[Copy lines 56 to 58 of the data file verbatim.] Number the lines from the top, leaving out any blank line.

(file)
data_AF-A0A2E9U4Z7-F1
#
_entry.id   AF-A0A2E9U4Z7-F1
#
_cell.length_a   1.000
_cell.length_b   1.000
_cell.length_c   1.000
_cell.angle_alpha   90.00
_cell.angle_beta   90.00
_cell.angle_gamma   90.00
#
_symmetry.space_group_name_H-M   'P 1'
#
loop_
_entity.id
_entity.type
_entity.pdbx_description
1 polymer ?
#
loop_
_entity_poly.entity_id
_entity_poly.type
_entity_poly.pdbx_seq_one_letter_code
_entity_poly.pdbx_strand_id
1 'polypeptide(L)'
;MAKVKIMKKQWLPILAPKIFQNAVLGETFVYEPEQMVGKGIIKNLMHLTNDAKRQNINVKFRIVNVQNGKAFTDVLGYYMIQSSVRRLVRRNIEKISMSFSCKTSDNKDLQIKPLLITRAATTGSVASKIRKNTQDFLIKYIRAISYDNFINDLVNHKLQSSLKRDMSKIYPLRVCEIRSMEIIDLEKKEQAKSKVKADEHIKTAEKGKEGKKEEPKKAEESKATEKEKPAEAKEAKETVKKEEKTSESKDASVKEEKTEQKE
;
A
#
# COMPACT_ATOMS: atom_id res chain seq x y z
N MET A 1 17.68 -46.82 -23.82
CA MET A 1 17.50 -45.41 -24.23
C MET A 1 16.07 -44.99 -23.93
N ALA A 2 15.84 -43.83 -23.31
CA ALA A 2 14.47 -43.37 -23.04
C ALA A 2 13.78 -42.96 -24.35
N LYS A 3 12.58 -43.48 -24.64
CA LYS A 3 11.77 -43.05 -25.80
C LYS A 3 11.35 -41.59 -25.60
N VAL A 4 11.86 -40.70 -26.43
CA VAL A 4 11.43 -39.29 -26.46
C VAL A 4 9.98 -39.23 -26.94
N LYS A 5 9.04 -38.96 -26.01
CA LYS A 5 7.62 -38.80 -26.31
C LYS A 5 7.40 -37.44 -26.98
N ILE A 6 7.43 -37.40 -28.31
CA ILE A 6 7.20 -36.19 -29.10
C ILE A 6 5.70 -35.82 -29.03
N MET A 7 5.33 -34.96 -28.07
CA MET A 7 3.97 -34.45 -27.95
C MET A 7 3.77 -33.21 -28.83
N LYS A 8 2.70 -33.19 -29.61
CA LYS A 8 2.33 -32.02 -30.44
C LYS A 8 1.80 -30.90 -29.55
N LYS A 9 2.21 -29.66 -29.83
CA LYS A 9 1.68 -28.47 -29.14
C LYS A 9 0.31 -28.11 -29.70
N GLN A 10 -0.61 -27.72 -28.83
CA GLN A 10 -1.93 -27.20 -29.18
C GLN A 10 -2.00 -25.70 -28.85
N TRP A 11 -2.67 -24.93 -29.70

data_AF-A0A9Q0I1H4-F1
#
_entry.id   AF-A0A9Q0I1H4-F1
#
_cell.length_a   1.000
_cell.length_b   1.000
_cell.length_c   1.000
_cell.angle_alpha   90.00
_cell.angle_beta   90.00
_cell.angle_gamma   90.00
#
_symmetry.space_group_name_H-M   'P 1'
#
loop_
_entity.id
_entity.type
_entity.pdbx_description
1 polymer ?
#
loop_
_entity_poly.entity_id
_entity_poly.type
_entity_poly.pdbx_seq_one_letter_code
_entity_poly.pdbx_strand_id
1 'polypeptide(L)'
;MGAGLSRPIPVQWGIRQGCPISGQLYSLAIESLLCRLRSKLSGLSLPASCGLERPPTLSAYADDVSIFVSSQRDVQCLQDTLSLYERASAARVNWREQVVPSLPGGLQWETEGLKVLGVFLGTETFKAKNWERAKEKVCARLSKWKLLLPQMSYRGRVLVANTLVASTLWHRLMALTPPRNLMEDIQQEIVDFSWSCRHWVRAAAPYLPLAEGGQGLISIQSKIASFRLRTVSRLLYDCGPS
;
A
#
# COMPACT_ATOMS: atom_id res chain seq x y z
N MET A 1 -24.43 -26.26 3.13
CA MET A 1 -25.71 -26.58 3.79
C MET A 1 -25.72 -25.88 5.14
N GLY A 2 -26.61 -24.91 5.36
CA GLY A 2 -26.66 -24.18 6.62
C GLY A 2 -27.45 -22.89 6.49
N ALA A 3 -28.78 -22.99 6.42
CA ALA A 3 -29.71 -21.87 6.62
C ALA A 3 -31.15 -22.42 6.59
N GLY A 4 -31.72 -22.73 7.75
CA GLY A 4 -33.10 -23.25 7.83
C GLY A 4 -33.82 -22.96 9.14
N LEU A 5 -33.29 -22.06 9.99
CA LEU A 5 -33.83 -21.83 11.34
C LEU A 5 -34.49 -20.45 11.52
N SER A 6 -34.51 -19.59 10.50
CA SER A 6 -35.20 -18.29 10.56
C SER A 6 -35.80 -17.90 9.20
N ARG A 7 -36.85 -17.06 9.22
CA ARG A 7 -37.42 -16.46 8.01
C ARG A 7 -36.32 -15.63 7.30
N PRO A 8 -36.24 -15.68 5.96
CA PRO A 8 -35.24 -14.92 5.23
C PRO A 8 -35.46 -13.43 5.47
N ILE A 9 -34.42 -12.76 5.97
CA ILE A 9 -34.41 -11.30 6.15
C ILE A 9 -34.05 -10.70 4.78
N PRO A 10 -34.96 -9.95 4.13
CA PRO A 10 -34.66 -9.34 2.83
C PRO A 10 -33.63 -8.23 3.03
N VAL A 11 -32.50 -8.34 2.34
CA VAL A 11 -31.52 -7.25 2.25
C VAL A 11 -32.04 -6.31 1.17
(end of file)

CA LYS A 9 1.68 -28.47 -29.14
C LYS A 9 0.31 -28.11 -29.70
N GLN A 10 -0.61 -27.72 -28.83